Pimpisa Tinpalit

Pimpisa Tinapalit is not afraid of anything. Responding to the loss of her father, her upcoming solo exhibition at Grau Projekt, ‘Silence #1.5’, is a discussion of the beauty of death. This series of works explore the metaphysical relationships of composition and material to evoke the idea of mindfulness – a parting gift shared by Tinapalit and her father through their emotional journey of cancer and loss.

Tinapalit describes ‘Silence #1.5’ as a mindful introspection of life, condition and mortality, reflecting on the power and strength of desolation while subtly encapsulating ideas of journeys, ends and new beginnings. The artist explains, ‘To be alone in the world and to be mindful of my emotions is to understand that all metaphysical conditions co-exist, and that death has a beauty in understanding life.’

Influenced by sculptors George Segal and Louise Bourgeois, and painter Yun Hyong-Keun, Tinapalit notes that these artists have shaped her work through their use of  scale, colour, and minimalism, informing her views ‘never to be afraid to learn and always to be prepared to let your art change.’

For Tinapalit, death is not the end but a transformation to a new beginning. From the moment the viewer enters the exhibition, this notion of stepping into the unknown plays out with the taunting seduction of artwork 1.5_1. Comprising five canvases, the work is pitch-black, bound and textured with rope to mimic fear, mystery, strength and authority. Tinapalit hopes to ‘hit the audience with intrigue, and to seduce them to come closer by using composition and materiality, as the theatrics of enticement.’ As you draw closer, the work becomes larger – its intricate details growing clearer – while you become smaller, evoking feelings of trepidation and reverence. Tinapalit says, ‘You know yourself that you are going to go there, to the art, and the metaphor is that everyone has to face death, but at this point in the journey, you have the option to walk away and consider now being careful with your life.’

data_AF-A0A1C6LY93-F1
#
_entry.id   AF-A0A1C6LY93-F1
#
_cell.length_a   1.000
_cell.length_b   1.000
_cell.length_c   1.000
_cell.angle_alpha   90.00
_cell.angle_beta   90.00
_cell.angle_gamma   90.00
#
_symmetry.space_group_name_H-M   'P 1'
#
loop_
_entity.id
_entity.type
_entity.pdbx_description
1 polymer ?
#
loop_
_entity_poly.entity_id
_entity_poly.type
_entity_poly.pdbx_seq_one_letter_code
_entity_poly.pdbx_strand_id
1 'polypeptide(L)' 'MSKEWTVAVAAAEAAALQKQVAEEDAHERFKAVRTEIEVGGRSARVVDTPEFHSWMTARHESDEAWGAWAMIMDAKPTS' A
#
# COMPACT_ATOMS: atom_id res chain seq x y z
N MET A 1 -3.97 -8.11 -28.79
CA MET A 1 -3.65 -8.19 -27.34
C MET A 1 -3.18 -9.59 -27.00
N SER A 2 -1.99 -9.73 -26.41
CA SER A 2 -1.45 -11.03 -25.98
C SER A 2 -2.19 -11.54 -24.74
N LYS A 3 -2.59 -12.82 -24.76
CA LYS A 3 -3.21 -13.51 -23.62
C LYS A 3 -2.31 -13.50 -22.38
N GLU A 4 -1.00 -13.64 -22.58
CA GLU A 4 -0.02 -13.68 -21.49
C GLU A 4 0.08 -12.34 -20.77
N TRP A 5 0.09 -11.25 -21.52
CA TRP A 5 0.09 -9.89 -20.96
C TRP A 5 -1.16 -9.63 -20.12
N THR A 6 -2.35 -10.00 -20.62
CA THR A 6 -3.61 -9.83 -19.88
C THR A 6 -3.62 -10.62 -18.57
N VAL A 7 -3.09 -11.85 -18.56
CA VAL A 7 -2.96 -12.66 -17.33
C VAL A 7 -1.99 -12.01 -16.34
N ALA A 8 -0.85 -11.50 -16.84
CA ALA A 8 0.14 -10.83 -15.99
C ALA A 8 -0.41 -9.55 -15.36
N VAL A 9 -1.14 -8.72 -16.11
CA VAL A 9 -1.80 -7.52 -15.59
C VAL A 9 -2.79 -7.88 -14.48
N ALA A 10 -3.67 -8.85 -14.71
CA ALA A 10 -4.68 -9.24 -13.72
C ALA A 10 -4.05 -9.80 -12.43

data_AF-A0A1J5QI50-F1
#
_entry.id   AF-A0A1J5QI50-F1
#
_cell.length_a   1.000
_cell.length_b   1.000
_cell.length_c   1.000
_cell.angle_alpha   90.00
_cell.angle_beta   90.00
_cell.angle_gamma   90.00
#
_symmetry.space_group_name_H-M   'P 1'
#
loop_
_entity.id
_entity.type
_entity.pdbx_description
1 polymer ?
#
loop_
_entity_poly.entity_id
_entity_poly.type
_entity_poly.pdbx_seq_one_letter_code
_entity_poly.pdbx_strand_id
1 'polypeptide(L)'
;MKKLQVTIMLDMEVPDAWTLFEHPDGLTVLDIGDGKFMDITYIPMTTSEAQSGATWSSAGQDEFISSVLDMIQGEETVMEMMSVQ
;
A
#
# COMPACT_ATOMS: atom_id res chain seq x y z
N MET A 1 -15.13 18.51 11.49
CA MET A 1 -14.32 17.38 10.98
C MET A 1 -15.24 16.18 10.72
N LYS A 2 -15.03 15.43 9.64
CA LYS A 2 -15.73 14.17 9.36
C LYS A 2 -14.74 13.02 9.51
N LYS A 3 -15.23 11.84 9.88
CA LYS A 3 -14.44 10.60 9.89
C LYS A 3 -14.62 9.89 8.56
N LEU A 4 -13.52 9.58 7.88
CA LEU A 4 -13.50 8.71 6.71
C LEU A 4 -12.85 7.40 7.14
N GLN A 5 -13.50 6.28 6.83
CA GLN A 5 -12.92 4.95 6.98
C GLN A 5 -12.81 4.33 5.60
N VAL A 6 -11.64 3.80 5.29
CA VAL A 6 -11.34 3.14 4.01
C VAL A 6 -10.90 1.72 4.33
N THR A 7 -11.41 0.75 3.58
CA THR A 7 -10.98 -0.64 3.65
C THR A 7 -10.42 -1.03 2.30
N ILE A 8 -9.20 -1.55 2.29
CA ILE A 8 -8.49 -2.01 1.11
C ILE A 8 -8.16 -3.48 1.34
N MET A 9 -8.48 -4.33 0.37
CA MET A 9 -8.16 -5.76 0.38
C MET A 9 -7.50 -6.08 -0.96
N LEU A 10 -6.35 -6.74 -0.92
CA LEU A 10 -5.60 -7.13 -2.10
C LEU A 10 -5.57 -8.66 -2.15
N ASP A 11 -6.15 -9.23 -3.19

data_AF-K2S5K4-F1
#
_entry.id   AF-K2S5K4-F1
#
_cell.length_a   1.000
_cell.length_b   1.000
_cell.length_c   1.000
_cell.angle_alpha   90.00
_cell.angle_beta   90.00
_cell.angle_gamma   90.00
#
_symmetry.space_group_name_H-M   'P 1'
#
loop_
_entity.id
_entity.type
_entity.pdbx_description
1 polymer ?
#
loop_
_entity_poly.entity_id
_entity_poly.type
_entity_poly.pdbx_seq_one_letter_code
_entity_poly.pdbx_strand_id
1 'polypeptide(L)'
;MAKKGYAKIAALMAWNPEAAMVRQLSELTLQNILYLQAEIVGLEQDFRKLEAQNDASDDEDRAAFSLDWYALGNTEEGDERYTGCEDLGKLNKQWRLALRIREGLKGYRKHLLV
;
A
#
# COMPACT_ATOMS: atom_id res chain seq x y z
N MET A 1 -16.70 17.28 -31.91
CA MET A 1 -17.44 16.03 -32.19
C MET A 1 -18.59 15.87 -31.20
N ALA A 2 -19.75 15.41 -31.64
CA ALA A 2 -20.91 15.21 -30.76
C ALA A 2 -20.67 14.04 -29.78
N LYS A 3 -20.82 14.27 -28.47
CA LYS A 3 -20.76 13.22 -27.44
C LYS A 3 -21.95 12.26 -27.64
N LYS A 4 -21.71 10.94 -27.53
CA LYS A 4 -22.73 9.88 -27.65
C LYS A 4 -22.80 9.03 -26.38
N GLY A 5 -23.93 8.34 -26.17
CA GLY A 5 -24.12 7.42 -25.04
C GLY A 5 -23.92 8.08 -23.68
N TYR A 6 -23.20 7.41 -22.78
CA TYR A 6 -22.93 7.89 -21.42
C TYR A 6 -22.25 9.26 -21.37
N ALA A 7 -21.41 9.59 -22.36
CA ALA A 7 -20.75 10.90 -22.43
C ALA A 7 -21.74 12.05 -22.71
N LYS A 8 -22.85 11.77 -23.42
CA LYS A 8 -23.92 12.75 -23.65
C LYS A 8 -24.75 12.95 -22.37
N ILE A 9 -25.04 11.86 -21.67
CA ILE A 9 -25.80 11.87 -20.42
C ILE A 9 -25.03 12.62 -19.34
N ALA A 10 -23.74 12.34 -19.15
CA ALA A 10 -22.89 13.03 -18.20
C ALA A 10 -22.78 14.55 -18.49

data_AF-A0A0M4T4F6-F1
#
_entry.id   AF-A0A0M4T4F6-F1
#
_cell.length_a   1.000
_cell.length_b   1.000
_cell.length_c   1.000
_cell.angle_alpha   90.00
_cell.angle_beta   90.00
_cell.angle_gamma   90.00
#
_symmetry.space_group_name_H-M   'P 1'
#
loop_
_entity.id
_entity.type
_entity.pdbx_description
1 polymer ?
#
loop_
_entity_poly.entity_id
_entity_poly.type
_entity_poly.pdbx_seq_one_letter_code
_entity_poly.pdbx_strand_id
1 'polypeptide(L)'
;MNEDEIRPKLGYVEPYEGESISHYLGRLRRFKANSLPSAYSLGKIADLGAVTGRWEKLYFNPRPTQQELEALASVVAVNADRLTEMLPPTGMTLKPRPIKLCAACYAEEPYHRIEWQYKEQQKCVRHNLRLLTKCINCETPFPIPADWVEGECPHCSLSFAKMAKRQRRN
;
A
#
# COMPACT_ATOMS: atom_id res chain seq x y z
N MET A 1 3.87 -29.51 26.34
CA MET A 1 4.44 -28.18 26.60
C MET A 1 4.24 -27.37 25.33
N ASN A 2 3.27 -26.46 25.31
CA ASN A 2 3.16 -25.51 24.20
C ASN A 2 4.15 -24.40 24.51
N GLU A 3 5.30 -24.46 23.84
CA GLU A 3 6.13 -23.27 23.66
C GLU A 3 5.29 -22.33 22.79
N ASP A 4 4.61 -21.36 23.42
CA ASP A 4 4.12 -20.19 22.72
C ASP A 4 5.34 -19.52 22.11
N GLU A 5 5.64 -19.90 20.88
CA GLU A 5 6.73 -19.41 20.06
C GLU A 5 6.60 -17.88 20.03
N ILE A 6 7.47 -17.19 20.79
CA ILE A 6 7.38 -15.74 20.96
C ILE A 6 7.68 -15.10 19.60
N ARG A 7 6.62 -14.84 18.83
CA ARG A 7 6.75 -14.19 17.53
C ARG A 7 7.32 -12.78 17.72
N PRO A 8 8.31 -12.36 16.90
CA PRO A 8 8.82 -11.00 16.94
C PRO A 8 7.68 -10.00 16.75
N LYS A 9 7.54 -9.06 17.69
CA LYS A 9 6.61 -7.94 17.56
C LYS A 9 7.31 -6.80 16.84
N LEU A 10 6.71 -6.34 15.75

Mindfulness continues with the work 1.5_2 where you walk through a wardrobe door, forced to enter a pathway of ominous dangling ropes. Navigating through the dense forest of rope, you move from one point to the next, with no going back, edging into the unknown

Encompassing an enormous space, 1.5_3 is a hanging death bed bound with black rope, questioning the significance of a bed in death. In accompaniment are many cast concrete feet representing those who passed before us and those who will pass after us – each journey cushioned by a soft pillow of thought.

Reflecting on the personal resonance of her new series, Tinapalit states, ‘‘Silence #1.5’ has allowed me to explore my intellectual creativity with a freedom of expression, because of the ability to work in such a large-scale space that the gallery offers. By this means, I have been able to create a body of work as a tribute to my father, and everything that he taught me on the beauty of life to have a more significant experience of life. A parting gift from my father is now a gift to the viewer.’

EXHIBITION
Silence #1.5
3 December 2020 – 20 February 2021
Grau Projekt, Clifton Hill, VIC

 

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